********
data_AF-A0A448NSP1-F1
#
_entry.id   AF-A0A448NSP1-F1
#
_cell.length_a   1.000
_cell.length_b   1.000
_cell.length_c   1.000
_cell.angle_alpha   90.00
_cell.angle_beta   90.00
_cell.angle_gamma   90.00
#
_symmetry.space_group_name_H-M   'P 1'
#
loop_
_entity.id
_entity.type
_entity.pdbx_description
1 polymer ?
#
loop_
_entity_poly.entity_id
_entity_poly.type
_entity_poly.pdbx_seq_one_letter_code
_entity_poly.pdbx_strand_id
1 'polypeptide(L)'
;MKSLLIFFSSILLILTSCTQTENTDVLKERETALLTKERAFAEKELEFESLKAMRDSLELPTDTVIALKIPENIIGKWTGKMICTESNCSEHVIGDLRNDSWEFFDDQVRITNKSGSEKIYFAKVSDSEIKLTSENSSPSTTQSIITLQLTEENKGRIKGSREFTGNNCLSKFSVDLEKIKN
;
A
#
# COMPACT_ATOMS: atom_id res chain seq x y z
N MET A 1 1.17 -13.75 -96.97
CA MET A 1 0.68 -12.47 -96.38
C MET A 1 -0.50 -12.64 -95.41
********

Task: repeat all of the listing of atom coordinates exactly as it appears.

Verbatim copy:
data_AF-A0A448NSP1-F1
#
_entry.id   AF-A0A448NSP1-F1
#
_cell.length_a   1.000
_cell.length_b   1.000
_cell.length_c   1.000
_cell.angle_alpha   90.00
_cell.angle_beta   90.00
_cell.angle_gamma   90.00
#
_symmetry.space_group_name_H-M   'P 1'
#
loop_
_entity.id
_entity.type
_entity.pdbx_description
1 polymer ?
#
loop_
_entity_poly.entity_id
_entity_poly.type
_entity_poly.pdbx_seq_one_letter_code
_entity_poly.pdbx_strand_id
1 'polypeptide(L)'
;MKSLLIFFSSILLILTSCTQTENTDVLKERETALLTKERAFAEKELEFESLKAMRDSLELPTDTVIALKIPENIIGKWTGKMICTESNCSEHVIGDLRNDSWEFFDDQVRITNKSGSEKIYFAKVSDSEIKLTSENSSPSTTQSIITLQLTEENKGRIKGSREFTGNNCLSKFSVDLEKIKN
;
A
#
# COMPACT_ATOMS: atom_id res chain seq x y z
N MET A 1 1.17 -13.75 -96.97
CA MET A 1 0.68 -12.47 -96.38
C MET A 1 -0.50 -12.64 -95.41